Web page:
Publication Date: March 9, 1993
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When Silas Marner is wrongly accused of crime and expelled from his community, he vows to turn his back upon the world. He moves to the village of Raveloe, where he remains an outsider and an object of suspicion until an extraordinary sequence of events, including the theft of his gold and the appearance of a tiny, golden-haired child in his cottage, transforms his life. Part beautifully realized rural portraiture and part fairy tale, the story of Marner’s redemption and restoration to humanity has long been George Eliot’s most beloved and widely read work.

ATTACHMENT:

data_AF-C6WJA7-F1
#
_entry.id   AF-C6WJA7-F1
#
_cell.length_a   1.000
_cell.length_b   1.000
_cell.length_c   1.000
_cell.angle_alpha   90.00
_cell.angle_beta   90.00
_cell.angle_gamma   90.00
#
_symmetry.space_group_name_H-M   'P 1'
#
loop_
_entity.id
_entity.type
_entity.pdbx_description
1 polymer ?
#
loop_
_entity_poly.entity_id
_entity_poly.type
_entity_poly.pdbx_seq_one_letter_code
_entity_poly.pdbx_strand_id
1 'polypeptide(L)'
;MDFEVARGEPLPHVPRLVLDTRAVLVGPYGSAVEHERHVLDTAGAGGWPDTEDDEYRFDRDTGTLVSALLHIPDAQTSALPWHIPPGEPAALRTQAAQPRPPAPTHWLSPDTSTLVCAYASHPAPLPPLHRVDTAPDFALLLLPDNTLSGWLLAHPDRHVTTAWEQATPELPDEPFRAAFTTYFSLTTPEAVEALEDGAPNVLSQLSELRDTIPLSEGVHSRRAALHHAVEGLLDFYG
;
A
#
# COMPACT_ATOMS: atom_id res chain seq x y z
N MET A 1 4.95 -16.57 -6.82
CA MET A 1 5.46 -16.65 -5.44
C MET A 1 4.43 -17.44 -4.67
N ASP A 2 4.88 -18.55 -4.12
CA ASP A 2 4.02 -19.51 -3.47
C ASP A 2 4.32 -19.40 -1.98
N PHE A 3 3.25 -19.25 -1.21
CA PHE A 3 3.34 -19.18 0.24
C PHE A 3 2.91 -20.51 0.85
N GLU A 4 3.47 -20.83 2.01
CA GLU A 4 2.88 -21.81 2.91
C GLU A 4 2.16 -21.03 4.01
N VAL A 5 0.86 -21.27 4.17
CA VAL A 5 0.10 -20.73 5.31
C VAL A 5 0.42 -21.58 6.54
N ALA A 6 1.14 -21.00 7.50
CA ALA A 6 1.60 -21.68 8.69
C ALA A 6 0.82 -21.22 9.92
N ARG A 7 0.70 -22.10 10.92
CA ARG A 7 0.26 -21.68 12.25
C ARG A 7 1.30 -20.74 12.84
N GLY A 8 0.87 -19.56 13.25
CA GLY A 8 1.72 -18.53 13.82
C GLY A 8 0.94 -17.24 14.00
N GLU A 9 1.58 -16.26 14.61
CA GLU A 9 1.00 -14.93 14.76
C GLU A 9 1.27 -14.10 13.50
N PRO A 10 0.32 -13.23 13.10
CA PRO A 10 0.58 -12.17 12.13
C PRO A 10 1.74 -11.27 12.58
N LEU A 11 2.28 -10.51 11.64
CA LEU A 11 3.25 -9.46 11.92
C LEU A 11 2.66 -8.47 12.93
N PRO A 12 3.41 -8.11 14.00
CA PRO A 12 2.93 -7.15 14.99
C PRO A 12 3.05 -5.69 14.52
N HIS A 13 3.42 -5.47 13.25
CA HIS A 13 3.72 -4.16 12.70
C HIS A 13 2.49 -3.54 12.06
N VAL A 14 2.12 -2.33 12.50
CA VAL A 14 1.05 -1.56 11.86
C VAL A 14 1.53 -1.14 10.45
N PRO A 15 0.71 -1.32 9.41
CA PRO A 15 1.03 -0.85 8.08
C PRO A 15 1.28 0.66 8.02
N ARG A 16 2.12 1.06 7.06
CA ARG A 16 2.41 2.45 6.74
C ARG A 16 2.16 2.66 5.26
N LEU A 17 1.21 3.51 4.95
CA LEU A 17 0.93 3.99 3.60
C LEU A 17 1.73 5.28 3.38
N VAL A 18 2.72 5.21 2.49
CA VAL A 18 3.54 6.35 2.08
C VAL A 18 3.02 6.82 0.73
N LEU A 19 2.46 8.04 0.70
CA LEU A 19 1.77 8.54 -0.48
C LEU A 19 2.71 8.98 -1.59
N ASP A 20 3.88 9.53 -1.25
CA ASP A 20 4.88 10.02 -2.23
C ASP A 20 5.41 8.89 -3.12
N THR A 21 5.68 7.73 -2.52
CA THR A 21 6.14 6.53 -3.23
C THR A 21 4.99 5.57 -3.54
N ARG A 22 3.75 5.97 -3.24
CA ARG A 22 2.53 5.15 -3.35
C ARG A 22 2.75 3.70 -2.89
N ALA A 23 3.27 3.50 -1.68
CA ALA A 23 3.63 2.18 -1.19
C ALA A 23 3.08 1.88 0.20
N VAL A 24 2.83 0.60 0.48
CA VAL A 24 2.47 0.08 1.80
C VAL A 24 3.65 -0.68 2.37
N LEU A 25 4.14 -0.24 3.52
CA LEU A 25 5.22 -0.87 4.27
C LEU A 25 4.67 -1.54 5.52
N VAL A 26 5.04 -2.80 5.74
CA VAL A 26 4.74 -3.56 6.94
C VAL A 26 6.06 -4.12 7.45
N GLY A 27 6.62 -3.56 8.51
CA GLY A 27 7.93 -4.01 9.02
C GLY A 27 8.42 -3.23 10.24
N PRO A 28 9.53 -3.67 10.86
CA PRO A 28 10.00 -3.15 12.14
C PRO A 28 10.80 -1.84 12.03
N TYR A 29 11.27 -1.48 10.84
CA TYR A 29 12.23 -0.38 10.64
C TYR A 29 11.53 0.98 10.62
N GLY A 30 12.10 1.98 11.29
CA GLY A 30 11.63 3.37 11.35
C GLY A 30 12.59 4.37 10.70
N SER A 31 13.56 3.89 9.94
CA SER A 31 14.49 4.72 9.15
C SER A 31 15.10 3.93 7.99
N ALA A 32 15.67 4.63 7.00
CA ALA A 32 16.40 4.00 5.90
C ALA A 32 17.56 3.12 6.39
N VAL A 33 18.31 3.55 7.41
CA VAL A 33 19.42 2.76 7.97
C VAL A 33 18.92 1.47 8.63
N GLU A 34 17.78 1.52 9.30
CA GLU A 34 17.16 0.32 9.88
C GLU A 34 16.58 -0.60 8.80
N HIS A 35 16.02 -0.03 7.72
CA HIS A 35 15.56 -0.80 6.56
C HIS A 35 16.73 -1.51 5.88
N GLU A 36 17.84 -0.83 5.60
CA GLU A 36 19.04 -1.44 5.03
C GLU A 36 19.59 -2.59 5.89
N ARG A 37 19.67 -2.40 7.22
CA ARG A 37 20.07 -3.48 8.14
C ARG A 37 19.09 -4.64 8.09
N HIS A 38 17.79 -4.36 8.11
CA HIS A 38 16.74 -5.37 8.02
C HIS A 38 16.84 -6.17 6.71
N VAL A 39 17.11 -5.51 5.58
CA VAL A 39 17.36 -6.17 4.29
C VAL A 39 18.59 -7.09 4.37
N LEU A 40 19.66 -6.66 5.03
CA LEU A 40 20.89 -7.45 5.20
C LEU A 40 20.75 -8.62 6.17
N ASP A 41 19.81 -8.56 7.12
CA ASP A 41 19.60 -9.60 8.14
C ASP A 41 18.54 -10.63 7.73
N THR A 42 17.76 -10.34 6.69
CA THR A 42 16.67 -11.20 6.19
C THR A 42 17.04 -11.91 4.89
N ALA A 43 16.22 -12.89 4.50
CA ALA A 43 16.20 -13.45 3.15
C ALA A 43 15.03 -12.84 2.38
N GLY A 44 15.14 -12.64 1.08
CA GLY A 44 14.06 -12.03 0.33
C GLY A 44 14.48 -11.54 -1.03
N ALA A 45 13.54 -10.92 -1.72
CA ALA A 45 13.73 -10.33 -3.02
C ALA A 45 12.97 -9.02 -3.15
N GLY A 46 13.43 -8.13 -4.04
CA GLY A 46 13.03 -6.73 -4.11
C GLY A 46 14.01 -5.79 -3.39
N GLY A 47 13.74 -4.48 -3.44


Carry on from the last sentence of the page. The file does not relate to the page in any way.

The isolated, misanthropic, miserly weaver Silas Marner is one of George Eliot’s greatest creations, and his presence casts a strange, otherworldly glow over the moral dramas, both large and small, that take place in the pastoral landscape that surrounds him.
Introduction by Rosemary Ashton
(Book Jacket Status: Jacketed)
Rosemary Ashton is Professor of English at University College, London. Her books include "The German Idea" (1980), "George Eliot" (1983), "Little Germany" (1986) and "G.H. Lewes: A life" (1991).